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Get Started With Research

Use this guide to become a more skillful researcher. Learn how to develop research questions, choose credible sources, evaluate your sources, cite them correctly, and avoid plagiarism

Tips for Citing Sources

It's important to make sure you collect all the information you need to cite a source as you gather your information so that you won't need to look it up again, so:

  • Take clear, accurate notes about where you found specific ideas
  • Write down the complete citation information for each book, article, etc. you use as you go along
  • Use quotation marks when directly stating another person's words
  • Always credit original authors for their information and ideas

Citing Sources Matters

When you write a research paper, you use information and facts from a variety of resources to support your own ideas or to help you develop new ones. Books, articles, videos, interviews, and Web sites are some examples of sources you might use.

Citing these sources of information in your work is essential because:

  • It gives credit to the author of the original work who provided you with the information or idea
  • It allows your audience to identify and find the source material in order to learn more about your topic
  • It gives your paper more credibility because it shows you're supporting your arguments with high-quality source. It also helps earn your readers' trust because you're telling your readers the source of your facts so that they can confirm them for themselves
  • It helps you avoid plagiarism

This three-min. video from The Harness Library illustrates why it's important for you to cite your sources. Watch, Learn, and Enjoy!

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What Do You Cite?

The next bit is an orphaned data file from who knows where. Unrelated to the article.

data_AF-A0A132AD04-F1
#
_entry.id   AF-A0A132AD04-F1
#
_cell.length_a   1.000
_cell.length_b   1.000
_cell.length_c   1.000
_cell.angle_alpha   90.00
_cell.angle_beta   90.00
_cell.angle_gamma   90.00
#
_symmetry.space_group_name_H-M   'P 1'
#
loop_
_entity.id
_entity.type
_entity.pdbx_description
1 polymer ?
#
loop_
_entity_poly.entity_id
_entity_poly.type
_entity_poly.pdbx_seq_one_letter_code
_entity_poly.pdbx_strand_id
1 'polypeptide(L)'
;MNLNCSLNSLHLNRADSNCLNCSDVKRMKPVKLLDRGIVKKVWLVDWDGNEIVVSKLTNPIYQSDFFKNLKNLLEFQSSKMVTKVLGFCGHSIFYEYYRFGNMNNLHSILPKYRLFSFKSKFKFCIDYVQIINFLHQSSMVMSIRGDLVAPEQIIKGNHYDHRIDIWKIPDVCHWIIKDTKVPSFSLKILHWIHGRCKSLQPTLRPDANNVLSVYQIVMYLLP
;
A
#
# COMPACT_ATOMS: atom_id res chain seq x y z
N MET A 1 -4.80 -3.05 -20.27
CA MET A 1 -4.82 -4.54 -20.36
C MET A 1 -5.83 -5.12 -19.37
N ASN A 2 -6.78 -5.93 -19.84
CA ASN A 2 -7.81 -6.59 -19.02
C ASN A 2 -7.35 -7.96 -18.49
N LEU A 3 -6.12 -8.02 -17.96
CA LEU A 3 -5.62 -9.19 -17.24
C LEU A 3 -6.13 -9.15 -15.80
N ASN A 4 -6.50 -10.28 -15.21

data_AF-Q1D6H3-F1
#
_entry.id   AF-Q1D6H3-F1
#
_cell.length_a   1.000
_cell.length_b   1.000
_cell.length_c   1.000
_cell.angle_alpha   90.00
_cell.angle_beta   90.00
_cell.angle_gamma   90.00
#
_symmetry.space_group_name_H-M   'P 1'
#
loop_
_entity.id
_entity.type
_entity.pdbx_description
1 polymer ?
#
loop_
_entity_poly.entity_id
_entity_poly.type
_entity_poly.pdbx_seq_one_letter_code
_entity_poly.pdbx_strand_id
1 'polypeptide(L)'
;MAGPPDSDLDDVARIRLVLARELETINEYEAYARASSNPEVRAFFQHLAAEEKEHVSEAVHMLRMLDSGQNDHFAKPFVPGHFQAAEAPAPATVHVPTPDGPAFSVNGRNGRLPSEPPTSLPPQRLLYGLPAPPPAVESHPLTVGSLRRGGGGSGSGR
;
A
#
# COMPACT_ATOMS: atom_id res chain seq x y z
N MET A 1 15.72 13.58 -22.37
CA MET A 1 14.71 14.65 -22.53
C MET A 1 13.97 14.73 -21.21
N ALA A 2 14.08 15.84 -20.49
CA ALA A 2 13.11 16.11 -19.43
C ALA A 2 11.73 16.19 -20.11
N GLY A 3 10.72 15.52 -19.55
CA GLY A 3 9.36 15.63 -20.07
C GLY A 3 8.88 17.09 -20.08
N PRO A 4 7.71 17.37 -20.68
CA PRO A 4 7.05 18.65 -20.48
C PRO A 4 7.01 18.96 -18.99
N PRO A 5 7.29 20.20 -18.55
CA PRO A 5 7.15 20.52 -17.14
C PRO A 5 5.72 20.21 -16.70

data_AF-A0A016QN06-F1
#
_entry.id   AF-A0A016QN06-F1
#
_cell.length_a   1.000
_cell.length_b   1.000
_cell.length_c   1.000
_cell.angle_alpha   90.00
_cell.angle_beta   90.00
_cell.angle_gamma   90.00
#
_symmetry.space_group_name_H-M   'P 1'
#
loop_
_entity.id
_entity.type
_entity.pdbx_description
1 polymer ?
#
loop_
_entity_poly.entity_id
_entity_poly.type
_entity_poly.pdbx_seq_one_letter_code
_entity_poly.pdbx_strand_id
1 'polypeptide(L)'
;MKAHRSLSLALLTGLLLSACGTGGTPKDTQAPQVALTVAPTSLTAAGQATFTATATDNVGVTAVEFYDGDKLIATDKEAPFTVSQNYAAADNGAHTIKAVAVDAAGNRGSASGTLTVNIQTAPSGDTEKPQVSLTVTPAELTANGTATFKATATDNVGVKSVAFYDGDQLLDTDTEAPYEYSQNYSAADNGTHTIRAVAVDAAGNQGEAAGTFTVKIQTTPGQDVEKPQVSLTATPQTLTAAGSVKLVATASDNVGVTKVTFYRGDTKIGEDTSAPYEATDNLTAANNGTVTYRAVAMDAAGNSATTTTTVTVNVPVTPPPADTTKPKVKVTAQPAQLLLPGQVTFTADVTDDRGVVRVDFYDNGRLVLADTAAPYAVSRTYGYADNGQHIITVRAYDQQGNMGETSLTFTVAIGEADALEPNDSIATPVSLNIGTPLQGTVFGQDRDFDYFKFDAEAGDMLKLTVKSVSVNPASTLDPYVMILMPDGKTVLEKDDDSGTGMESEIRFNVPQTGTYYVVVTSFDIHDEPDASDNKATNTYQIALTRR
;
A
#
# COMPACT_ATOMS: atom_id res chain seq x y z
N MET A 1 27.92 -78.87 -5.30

Cite all outside sources you use in your research paper! Citing is required for sources you quote word-for-word, for sources you paraphrase (rewrite using your own words), and for sources from which you summarize ideas within your work.

Where to Cite:

You need to cite your sources in two places:

  • Within your work at the place where you are incorporating the information.
  • In a comprehensive list of all sources you’ve cited throughout the paper.

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‚ÄčCiting Within the Text of Your Paper:

Direct Quote Example

The quote below appears exactly as it does in Joanna Santa Barbara's article on child-rearing in the Encyclopedia of Violence Peace and Conflict

“Adjusted data from seven U.S. surveys between 1968 and 1994 show a decline in approval of disciplinary spanking from 94% to 68%, or 26 percentage points in 26 years” (Santa Barbara 243).

Tip: Use direct quotations selectively. In fact, the MLA Handbook advises you to quote only those words, phrases, lines, and passages that are particularly interesting, vivid, unusual, or apt."

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Paraphrase Example

This sentence takes the information above and puts it into the author’s own words.

Studies show that Americans are becoming more critical of the concept of spanking children. Between 1968 and 1994 the so-called “approval rating” of spanking children dropped from 94% to 68% (Santa Barbara 243).

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Summarize Example

The sentence below distills the main idea of the original information. 

Studies have shown that Americans just don't approve of spanking like they used to (Santa Barbara 243).

 

Citation Styles

Your instructor should tell you which citation style he or she wants you to use. Click on the appropriate link below to learn how to format your paper and cite your sources according to a particular style.